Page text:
“But pointing to the State’s absence of evidence does not meet Johnson’s evidentiary burden for his affirmative defense,” said the Court. Instead, explained he Court, the evidence shows that law enforcement merely afforded Johnson the opportunity to commit his crimes. Johnson willingly responded to the posting, steered the conversation to explicitly sexual topics, testified that he wanted to meet the person, and drove to the agreed locations.

The Court of Appeals concluded that because Johnson failed to show any evidence entitling him to a jury instruction on entrapment, the trial court did not err by refusing to instruct the jury on entrapment. The court also denied Mr. Johnson’s claims of ineffective assistance of counsel.

My opinion? Entrapment is a very difficult defense to prove under these circumstances. Law enforcement officers are allowed to engage in sting operations, whereby they create circumstances that allow individuals to take criminal actions that they can then be arrested and prosecuted for. These are considered “opportunities” for individuals believed to be involved in criminal behavior to commit crimes. An opportunity is considered very different from entrapment and involves merely the temptation to violate the law, not being forced to do so.

Please contact my office if you, a friend or family member face sex offenses and Entrapment could be a substantive defense. Hiring an experienced criminal defense attorney is the first and best step towards justice.

Police Stop Booking Some People Into Whatcom Jail Due To Coronavirus

Image result for walk out of jail free coronavirus

Whatcom County law enforcement agencies stopped booking people into the Whatcom County Jail for certain crimes on Thursday, March 19, due to the coronavirus outbreak.

Apparently, people arrested will be booked and released for everything except certain offenses that represent a serious threat to public safety. Those crimes include domestic violence, violations of a no-contact order, felony DUI, sex offenses, burglary and other violent crimes. Those booked for misdemeanor DUI will be held until sober.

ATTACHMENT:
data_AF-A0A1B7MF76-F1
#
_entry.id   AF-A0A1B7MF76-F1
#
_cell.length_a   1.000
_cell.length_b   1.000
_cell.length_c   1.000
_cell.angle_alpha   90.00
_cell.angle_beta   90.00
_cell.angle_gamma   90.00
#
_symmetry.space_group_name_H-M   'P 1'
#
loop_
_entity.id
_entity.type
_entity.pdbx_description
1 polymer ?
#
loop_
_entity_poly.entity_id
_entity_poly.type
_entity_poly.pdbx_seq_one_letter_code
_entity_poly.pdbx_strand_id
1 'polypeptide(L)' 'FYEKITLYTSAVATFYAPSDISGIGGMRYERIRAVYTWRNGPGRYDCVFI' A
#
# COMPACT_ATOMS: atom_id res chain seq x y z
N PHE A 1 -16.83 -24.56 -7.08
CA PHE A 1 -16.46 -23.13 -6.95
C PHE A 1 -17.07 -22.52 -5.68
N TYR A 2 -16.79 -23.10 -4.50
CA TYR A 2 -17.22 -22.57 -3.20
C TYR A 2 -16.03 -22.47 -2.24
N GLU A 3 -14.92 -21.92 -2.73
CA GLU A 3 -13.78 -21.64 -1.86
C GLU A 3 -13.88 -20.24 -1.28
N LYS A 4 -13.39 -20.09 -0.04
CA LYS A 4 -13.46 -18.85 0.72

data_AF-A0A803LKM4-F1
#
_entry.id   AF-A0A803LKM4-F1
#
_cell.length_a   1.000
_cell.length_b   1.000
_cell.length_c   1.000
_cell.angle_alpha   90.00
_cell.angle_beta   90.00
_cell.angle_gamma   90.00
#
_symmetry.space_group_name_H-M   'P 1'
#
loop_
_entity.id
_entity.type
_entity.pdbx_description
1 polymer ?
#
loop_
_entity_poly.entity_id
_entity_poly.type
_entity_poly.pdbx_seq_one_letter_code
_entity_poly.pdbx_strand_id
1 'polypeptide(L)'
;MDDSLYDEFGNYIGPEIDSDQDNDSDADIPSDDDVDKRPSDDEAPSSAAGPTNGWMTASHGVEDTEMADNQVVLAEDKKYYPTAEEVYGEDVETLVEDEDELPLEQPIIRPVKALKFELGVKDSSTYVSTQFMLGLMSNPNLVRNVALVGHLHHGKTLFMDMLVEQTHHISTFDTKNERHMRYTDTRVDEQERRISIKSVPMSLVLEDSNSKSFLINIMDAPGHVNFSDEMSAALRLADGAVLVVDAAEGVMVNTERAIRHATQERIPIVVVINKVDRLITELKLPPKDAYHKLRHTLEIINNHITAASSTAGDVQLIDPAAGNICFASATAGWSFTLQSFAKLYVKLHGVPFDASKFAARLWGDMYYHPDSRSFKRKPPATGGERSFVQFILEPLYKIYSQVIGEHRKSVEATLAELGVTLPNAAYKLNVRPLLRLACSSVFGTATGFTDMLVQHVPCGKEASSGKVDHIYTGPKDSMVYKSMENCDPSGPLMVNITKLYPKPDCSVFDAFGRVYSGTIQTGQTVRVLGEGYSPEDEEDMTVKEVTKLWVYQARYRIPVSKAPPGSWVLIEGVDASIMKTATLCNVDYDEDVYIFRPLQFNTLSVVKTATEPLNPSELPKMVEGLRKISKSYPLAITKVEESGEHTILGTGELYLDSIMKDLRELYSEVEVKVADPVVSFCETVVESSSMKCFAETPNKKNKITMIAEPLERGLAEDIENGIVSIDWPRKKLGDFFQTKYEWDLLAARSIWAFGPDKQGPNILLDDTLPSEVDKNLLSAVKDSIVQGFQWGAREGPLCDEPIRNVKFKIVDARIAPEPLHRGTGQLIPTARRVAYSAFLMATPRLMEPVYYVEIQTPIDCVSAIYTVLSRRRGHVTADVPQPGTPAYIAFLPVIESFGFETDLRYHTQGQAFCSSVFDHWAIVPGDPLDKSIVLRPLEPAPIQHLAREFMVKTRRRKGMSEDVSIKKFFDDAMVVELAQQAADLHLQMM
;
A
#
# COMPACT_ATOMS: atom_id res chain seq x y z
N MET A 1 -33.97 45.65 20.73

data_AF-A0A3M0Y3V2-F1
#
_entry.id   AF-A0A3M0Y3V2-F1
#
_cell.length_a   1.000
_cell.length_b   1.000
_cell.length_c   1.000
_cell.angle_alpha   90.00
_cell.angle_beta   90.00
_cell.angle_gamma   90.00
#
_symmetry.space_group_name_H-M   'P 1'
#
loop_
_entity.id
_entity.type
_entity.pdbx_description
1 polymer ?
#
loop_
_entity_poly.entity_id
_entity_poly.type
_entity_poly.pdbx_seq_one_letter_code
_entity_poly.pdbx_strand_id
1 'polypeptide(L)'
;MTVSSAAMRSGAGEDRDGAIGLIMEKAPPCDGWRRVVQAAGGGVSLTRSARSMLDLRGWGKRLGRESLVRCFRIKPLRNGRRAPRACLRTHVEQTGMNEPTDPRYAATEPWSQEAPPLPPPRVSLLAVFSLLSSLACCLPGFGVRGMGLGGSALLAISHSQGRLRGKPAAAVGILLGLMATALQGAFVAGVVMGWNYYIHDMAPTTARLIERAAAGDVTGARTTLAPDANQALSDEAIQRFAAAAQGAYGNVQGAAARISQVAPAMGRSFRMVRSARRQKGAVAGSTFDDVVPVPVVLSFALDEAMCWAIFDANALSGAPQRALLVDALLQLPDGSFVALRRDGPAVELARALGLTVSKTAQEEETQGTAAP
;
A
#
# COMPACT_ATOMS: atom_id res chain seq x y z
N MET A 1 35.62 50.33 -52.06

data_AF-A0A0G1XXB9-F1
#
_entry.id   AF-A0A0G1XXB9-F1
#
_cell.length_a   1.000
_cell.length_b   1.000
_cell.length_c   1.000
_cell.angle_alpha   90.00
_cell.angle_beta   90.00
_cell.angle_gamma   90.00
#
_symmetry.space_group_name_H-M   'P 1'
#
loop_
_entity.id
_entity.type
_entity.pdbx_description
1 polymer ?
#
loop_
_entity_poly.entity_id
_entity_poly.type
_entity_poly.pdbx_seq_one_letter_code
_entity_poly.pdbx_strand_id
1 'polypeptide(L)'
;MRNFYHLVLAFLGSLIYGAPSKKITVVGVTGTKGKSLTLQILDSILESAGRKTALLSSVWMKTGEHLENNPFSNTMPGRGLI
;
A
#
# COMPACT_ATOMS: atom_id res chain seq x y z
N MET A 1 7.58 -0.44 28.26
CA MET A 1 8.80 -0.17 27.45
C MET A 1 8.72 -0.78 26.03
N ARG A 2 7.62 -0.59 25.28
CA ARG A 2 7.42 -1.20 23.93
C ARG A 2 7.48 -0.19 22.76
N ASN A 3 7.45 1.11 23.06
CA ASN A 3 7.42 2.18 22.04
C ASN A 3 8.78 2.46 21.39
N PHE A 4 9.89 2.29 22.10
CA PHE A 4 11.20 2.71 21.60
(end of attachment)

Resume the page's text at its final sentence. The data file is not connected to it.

The memo suggests officers arrest, book and release people when they can, giving them notice of when to appear in court. And those who are booked on charges that pose a threat to public safety will be held until they see a judge.

At this point, seven Whatcom County residents have been diagnosed with the respiratory illness, one of whom died, according to the Whatcom County Health Department.

Whatcom County Sheriff Bill Elfo said the measures are looking out for the health of the people who work in the jail, as well as those incarcerated there.

“They’re in place because of some compelling public safety and public health issues. We want to prevent the spread of COVID-19, but do it in a way that doesn’t minimize public safety. We’re still booking and holding violent people. These are temporary measures . . . We’re trying to take the jail population as low as we can safely and reasonably do under the circumstances.” ~Sheriff Bill Elfo